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Posted at 07:00 AM ET, 09/23/2011

New movies: ‘Moneyball,’ ‘Dolphin Tale’

Brad Pitt stars in the drama "Moneyball." (Melinda Sue Gordon - © 2011 Columbia TriStar Marketing Group, Inc. All rights reserved.)
In this week’s new movies, Brad Pitt and Johah Hill make the perfect odd couple in “Moneyball” and Morgan Freeman stars in the delightfully corny “Dolphin Tale.” Here’s what the Post critics had to say:

MoneyBall” (PG-13) “Like a cold beer under a bluebird sky; like a flawless line drive on a warm summer's day; like a long, languorous seventh-inning stretch - ‘Moneyball’ satisfies.” — Ann Hornaday

Dolphin Tale” (PG) “You should have no trouble plugging into the film's relaxed and enjoyably unhurried pace because [filmmaker Charles Martin] Smith has delivered such a heartwarmingly hokey and accessible production.” — Sean O’Connell

Restless” (PG-13) “‘Restless,’ which opens today, is not this era's ‘Love Story,’ despite its most ingratiating efforts to find meaning, laughter and romance by way of a too-young protagonist battling cancer.” — Ann Hornaday

Killer Elite” (R) “Moral ambiguity - if not the decline of civilization - may be the point, to the extent that there is one, in this bloody and needlessly complicated exercise in adrenal fatigue.” — Michael O’Sullivan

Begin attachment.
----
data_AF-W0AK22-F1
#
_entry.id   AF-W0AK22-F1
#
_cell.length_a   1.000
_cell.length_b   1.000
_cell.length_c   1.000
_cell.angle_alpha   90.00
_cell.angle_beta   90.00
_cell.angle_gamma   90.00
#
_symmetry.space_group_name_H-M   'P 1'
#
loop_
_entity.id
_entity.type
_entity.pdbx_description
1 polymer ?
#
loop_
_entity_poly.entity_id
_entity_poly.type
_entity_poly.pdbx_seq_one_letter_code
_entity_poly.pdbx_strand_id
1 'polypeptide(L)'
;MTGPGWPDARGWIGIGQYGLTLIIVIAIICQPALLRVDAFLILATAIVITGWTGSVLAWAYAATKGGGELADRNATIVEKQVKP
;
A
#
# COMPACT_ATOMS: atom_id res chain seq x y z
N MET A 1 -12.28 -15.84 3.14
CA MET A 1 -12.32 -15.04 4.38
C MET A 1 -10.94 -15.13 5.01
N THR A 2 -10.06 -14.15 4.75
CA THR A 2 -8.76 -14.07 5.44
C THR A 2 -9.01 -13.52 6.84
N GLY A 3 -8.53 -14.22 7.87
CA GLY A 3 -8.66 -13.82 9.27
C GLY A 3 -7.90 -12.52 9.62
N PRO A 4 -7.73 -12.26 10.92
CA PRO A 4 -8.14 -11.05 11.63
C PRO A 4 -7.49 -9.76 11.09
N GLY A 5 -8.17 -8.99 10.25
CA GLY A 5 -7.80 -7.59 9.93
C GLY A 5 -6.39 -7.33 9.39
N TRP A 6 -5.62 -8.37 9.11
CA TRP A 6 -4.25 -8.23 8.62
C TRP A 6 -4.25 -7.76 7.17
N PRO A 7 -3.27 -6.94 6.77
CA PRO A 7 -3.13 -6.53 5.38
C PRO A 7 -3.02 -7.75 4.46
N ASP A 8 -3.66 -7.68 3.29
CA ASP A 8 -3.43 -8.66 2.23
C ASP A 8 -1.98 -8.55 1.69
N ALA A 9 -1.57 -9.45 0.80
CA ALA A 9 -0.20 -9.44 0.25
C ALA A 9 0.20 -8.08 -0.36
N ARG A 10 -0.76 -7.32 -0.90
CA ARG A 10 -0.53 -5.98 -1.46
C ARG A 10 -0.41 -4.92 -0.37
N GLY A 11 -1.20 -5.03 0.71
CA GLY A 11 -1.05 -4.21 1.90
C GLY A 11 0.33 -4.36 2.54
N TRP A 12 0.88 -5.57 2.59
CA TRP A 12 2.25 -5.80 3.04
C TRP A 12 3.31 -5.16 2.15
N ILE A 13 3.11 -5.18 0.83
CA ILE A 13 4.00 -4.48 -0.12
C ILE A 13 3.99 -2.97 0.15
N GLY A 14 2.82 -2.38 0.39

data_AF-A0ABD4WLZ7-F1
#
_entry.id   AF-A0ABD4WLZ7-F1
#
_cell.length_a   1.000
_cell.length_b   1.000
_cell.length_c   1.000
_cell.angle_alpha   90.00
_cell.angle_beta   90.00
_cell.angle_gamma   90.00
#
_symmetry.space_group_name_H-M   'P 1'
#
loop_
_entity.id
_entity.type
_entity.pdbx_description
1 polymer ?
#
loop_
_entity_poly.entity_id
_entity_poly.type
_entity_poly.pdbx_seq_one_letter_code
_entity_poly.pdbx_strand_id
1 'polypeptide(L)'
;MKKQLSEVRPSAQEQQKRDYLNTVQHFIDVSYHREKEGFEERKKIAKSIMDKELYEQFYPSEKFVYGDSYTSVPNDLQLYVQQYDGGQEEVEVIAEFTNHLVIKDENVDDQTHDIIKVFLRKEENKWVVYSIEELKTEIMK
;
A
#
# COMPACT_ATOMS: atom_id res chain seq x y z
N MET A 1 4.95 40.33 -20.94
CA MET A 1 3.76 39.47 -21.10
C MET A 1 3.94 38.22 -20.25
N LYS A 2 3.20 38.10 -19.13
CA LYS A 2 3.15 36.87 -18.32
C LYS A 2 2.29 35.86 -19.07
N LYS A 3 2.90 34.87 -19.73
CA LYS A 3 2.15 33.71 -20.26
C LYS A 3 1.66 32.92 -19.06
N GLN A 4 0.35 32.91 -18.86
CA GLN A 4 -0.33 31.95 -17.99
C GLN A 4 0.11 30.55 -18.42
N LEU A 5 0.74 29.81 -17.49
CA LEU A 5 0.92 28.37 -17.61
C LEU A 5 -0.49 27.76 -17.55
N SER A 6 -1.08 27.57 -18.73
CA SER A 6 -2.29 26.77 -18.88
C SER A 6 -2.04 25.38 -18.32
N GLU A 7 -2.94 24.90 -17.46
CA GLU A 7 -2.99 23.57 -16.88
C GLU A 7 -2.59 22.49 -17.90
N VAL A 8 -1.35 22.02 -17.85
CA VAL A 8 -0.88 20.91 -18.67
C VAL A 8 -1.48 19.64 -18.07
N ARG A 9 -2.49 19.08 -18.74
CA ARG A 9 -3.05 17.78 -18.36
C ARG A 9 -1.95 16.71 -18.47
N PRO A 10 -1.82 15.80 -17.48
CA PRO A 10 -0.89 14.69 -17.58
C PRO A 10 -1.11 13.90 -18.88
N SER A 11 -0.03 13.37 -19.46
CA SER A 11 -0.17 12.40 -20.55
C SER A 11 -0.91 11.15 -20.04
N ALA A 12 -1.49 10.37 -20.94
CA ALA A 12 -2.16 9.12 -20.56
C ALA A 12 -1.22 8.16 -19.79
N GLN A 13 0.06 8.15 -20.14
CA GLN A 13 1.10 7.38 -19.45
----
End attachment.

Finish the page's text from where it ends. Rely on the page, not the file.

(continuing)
My Afternoons With Margueritte” (Unrated) “Tenderly acted, ‘My Afternoons With Margueritte’ has a pleasant message about the spark of learning, and it moves at a clip, up until its preposterous conclusion. But it is a predictable, undernourished love story.” — Adam Bernstein

Shut Up Little Man! An Audio Misadventure” (Unrated) “At its core, ‘Shut Up Little Man!’ is about youthful hopes, frayed dreams and friendship - at its most irrational, deep-seated and sustaining. ” — Ann Hornaday

Detective Dee and the Mystery of the Phantom Flame” (PG-13) “the movie's rollicking vibe targets the genre's die-hard fans - moviegoers who don't need to be sold on a new action epic set in seventh-century China...” — John DeFore

Happy Happy (Sykt lykkelig)” (Unrated) “First-time director Anne Sewitsky may intend ‘Happy, Happy’ as a Chekhovian chamber piece or romantic bagatelle, but her smugness about racism - and her glib symbolic resolution of the conflicts she raises - suggests an ambition that far outstrips her ability, at least for now.” — Ann Hornaday

By  |  07:00 AM ET, 09/23/2011

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